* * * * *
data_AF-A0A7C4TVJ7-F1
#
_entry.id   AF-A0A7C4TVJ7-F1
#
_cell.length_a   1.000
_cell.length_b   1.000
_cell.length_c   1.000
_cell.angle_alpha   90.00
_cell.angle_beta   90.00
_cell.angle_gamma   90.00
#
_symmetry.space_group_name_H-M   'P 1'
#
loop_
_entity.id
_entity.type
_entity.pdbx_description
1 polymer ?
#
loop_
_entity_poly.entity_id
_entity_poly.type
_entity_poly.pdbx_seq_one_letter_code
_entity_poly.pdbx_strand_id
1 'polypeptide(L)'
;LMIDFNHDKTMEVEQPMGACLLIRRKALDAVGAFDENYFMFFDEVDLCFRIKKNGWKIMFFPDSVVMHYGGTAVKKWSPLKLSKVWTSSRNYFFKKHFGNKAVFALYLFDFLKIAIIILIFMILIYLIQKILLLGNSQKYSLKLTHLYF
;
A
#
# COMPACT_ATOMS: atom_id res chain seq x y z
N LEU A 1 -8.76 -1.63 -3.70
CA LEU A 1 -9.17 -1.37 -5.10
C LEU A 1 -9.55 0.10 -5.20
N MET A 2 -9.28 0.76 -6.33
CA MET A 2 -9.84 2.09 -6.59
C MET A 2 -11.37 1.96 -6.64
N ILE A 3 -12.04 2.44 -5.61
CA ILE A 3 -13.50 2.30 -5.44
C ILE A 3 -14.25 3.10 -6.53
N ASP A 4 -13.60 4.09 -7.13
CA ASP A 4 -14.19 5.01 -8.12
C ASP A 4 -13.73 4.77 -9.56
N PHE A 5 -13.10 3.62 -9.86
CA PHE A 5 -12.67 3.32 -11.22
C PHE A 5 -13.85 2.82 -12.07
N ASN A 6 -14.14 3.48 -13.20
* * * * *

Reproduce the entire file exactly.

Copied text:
data_AF-A0A7C4TVJ7-F1
#
_entry.id   AF-A0A7C4TVJ7-F1
#
_cell.length_a   1.000
_cell.length_b   1.000
_cell.length_c   1.000
_cell.angle_alpha   90.00
_cell.angle_beta   90.00
_cell.angle_gamma   90.00
#
_symmetry.space_group_name_H-M   'P 1'
#
loop_
_entity.id
_entity.type
_entity.pdbx_description
1 polymer ?
#
loop_
_entity_poly.entity_id
_entity_poly.type
_entity_poly.pdbx_seq_one_letter_code
_entity_poly.pdbx_strand_id
1 'polypeptide(L)'
;LMIDFNHDKTMEVEQPMGACLLIRRKALDAVGAFDENYFMFFDEVDLCFRIKKNGWKIMFFPDSVVMHYGGTAVKKWSPLKLSKVWTSSRNYFFKKHFGNKAVFALYLFDFLKIAIIILIFMILIYLIQKILLLGNSQKYSLKLTHLYF
;
A
#
# COMPACT_ATOMS: atom_id res chain seq x y z
N LEU A 1 -8.76 -1.63 -3.70
CA LEU A 1 -9.17 -1.37 -5.10
C LEU A 1 -9.55 0.10 -5.20
N MET A 2 -9.28 0.76 -6.33
CA MET A 2 -9.84 2.09 -6.59
C MET A 2 -11.37 1.96 -6.64
N ILE A 3 -12.04 2.44 -5.61
CA ILE A 3 -13.50 2.30 -5.44
C ILE A 3 -14.25 3.10 -6.53
N ASP A 4 -13.60 4.09 -7.13
CA ASP A 4 -14.19 5.01 -8.12
C ASP A 4 -13.73 4.77 -9.56
N PHE A 5 -13.10 3.62 -9.86
CA PHE A 5 -12.67 3.32 -11.22
C PHE A 5 -13.85 2.82 -12.07
N ASN A 6 -14.14 3.48 -13.20